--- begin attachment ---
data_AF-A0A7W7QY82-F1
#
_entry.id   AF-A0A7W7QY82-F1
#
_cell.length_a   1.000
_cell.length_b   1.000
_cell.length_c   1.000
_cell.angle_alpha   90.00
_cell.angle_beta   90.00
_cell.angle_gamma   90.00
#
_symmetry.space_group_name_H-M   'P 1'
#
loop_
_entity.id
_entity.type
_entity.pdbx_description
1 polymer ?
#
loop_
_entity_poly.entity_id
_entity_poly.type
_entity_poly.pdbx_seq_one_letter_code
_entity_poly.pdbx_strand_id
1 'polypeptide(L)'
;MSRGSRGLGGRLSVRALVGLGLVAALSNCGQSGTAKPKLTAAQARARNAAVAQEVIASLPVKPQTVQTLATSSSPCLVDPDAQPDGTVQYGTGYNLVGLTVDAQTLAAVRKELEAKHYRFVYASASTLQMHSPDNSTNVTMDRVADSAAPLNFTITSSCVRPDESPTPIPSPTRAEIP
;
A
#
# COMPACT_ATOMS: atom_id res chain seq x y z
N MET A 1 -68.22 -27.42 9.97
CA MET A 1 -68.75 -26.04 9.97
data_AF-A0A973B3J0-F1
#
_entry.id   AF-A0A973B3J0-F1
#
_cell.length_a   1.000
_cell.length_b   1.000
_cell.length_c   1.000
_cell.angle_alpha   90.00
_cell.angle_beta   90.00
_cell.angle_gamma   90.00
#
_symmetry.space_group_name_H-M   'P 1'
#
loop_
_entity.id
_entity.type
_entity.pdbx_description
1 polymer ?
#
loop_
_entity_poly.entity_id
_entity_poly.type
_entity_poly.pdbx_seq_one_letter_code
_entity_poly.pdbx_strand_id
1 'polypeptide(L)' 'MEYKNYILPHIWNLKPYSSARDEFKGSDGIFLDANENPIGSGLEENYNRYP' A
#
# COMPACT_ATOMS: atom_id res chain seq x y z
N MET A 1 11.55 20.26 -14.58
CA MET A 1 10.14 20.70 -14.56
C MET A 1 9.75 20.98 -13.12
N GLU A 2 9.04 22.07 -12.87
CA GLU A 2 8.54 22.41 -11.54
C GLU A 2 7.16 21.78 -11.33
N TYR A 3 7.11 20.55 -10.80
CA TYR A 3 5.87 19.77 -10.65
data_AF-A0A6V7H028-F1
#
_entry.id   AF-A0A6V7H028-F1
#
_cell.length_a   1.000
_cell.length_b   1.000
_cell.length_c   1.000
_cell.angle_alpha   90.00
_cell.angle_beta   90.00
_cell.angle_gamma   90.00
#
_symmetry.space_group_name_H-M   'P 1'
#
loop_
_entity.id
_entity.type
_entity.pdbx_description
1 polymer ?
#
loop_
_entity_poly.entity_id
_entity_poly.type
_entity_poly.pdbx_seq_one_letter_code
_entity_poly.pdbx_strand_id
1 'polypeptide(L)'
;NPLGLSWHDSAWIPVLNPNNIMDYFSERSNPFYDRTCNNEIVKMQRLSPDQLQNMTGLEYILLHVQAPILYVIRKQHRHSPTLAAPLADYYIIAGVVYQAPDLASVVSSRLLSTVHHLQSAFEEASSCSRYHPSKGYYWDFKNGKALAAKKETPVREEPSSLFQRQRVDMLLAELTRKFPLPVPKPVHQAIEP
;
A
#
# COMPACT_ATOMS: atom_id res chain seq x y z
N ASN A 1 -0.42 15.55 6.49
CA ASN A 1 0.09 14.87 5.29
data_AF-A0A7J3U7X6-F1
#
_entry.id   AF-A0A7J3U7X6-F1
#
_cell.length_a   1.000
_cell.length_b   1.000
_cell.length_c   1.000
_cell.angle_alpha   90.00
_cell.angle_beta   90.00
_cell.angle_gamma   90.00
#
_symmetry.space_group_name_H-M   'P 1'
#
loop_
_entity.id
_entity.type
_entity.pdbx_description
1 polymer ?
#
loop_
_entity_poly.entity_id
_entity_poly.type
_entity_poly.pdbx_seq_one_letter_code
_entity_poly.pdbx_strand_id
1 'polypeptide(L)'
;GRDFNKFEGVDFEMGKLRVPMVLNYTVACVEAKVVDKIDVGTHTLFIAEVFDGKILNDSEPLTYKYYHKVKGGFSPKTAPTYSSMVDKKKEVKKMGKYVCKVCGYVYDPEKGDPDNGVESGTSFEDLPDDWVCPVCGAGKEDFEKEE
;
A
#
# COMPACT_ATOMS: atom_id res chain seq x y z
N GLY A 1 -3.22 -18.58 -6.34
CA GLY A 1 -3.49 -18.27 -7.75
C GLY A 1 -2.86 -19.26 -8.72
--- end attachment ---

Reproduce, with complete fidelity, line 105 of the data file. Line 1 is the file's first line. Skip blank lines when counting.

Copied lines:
_cell.length_b   1.000